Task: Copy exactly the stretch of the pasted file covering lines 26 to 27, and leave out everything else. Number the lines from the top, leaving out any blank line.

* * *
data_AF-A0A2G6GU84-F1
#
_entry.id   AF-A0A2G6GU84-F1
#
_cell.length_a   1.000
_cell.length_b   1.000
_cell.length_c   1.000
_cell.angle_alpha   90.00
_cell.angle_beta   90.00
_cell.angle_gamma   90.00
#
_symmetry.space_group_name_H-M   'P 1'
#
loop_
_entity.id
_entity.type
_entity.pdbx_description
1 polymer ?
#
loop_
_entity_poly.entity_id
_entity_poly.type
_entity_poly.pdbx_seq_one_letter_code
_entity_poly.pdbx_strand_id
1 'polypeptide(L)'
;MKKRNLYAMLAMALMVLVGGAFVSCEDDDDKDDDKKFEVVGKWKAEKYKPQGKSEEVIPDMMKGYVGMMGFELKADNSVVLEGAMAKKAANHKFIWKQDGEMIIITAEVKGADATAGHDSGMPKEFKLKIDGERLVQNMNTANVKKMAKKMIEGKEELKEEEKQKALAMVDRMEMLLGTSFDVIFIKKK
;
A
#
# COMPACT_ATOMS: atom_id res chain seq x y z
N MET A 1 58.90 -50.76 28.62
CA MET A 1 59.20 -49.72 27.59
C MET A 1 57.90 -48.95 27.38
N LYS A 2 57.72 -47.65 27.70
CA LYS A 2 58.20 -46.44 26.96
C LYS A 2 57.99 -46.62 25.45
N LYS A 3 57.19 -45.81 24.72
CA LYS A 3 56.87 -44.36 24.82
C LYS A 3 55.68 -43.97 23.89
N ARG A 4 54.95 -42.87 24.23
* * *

;MKKRNLYAMLAMALMVLVGGAFVSCEDDDDKDDDKKFEVVGKWKAEKYKPQGKSEEVIPDMMKGYVGMMGFELKADNSVVLEGAMAKKAANHKFIWKQDGEMIIITAEVKGADATAGHDSGMPKEFKLKIDGERLVQNMNTANVKKMAKKMIEGKEELKEEEKQKALAMVDRMEMLLGTSFDVIFIKKK
;